The Negative Effects Of Technology On Children

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The twenty-first century is known by many different names: The Common Era, The Era of Technology, The Knowledge Era, etc. Regardless of the diversity in epithets, they all highlight a higher standard of intelligence and common sense that are possessed by the people living in this time. These people are raised to adapt to a technological and innovative lifestyle. Yet, all of the conveniences granted by the Internet and social media are gradually showing “symptoms” of negative effects. As technology becomes more advanced, people have high expectations for it. Many cartoons, such as Phineas and Ferb, emphasize the positive impact of technology in children by depicting two incredibly talented teenagers who would spend their summer building different…show more content…
However, instead of pushing our life forward, technology is luring us back to square one by confining the future generation into a compelling world of wonders by taking away the fundamental skills of communication, thought and perception, and empathy. Cris Rowan, a pediatric occupational therapist, anxiously comments, “Diagnoses of ADHD, autism, coordination disorder, developmental delays, unintelligible speech… are increasing at an alarming rate”, as she reveals an unceasing list of negative impacts of technology on developing children (Rowan). Children who grow up with television or computers eventually find themselves trapped inside those boxes. They refuse to exercise, eat and socialize in order to not miss any moments from their favorite shows. When they finally leave their seats, they find themselves unable to coordinate their bodies as they used to. These children find difficulty in interacting with others since they lose their social skills over time . The overall impact of technology seems to do more harm than…show more content…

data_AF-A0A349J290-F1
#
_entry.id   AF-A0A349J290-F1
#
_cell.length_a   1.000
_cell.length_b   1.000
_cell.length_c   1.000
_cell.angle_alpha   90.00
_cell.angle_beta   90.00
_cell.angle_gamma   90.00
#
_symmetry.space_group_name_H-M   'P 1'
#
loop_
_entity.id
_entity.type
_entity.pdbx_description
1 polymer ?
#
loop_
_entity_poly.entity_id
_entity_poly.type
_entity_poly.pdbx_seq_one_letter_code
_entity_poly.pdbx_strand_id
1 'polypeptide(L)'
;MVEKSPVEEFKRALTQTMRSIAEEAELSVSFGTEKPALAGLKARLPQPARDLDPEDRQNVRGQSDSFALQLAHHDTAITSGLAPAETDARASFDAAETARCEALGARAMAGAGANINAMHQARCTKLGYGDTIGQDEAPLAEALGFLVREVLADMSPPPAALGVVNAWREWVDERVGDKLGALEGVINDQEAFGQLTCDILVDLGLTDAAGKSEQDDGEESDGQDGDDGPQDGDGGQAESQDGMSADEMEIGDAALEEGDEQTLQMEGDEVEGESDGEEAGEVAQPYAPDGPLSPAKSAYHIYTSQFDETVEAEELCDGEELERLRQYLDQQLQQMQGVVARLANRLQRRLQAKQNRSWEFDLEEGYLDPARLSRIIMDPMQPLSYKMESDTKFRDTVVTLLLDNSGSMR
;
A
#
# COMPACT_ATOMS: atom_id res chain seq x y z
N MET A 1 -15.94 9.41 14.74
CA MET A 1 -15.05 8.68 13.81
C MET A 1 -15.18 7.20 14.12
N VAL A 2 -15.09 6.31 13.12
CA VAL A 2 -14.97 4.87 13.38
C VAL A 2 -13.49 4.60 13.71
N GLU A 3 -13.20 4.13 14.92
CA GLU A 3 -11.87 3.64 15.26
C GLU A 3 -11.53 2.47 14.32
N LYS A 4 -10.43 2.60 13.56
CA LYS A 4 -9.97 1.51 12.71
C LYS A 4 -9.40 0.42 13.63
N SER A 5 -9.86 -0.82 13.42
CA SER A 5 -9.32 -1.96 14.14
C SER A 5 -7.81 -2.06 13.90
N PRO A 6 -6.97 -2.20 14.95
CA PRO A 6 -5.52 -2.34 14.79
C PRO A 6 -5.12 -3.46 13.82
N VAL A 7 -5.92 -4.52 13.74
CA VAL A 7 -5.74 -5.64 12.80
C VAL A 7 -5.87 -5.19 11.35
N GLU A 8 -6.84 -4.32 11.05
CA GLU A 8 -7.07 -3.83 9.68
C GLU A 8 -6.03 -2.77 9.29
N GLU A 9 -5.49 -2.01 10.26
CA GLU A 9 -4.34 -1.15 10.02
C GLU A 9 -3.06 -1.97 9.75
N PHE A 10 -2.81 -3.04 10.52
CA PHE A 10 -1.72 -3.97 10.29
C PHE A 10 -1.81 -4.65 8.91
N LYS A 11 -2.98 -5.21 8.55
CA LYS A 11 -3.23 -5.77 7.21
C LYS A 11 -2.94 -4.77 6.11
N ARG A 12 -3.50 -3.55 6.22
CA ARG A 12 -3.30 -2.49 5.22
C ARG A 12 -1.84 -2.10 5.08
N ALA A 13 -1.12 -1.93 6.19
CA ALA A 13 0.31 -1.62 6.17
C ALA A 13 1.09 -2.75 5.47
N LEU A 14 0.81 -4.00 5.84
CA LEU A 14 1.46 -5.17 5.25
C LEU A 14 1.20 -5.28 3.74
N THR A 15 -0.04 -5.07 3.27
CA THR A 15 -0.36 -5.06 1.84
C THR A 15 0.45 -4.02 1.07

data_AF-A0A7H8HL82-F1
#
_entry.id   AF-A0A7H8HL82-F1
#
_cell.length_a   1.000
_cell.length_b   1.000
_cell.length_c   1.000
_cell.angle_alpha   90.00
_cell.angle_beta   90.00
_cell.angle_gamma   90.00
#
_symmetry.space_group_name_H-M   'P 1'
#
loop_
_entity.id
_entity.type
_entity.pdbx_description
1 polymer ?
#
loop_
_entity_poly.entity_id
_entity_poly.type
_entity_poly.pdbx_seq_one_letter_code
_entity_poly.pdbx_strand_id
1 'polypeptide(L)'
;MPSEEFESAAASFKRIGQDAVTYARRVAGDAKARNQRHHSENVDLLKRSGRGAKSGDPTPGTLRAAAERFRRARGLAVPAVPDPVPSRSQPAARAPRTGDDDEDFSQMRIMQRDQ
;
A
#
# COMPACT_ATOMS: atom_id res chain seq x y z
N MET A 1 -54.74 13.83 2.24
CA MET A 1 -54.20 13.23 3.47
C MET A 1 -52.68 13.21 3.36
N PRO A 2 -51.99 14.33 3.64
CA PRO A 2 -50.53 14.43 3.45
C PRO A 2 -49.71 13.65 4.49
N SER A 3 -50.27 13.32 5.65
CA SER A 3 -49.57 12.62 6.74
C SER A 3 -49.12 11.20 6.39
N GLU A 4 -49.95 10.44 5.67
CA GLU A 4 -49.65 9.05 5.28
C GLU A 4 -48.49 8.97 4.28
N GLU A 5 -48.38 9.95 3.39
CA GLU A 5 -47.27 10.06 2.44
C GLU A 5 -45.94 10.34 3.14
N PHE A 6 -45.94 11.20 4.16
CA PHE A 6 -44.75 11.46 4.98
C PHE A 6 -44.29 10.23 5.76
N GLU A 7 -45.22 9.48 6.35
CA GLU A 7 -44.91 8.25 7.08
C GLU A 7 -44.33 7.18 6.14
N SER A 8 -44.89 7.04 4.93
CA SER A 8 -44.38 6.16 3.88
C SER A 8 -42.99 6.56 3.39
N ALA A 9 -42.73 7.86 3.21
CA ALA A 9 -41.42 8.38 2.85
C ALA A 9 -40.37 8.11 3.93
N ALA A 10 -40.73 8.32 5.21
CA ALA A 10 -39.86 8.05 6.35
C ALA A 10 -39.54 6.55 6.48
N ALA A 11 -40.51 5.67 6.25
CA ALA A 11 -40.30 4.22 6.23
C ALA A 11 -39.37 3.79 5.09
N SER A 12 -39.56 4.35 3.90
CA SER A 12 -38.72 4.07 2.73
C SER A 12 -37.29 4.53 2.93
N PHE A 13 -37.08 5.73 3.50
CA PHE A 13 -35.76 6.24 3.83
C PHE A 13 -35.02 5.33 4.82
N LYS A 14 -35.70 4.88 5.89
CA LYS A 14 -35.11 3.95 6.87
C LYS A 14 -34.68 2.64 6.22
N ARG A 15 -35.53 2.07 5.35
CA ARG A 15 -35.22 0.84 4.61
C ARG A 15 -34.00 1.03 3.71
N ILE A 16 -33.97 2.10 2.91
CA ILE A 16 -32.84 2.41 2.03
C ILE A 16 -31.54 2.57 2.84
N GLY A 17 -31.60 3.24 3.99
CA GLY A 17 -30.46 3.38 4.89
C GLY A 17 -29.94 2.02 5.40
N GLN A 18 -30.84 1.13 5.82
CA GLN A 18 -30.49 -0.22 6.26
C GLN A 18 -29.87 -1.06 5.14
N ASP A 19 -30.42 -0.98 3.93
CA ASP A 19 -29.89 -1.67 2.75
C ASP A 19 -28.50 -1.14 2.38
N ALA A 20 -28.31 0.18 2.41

Cell phones and Internet have linked people from across the world together through interactive platforms like Facebook, Skype, etc. However, overusing these sites can lead to the loss of one’s own voice. In her article “The Flight From Conversation,” Sherry Turkle, a professor of the Social Studies of Science and Technology at MIT, depicts a situation where a teenager who is completely dependent on technology as his means of communication “says almost wistfully, ‘Someday, someday, but certainly not now, I’d like to learn how to have a conversation.’” Even though he is at the point where he is completely unable to hold a proper conversation, this teenager’s texting habits override his desire to learn how to hold a proper conversation. This scrutinizes whether technology is truly helping people in developing social skills. [Transition phrase/word] Having 100,000 friends on social media does not guarantee that one can actually talk “as friends” to those people face to
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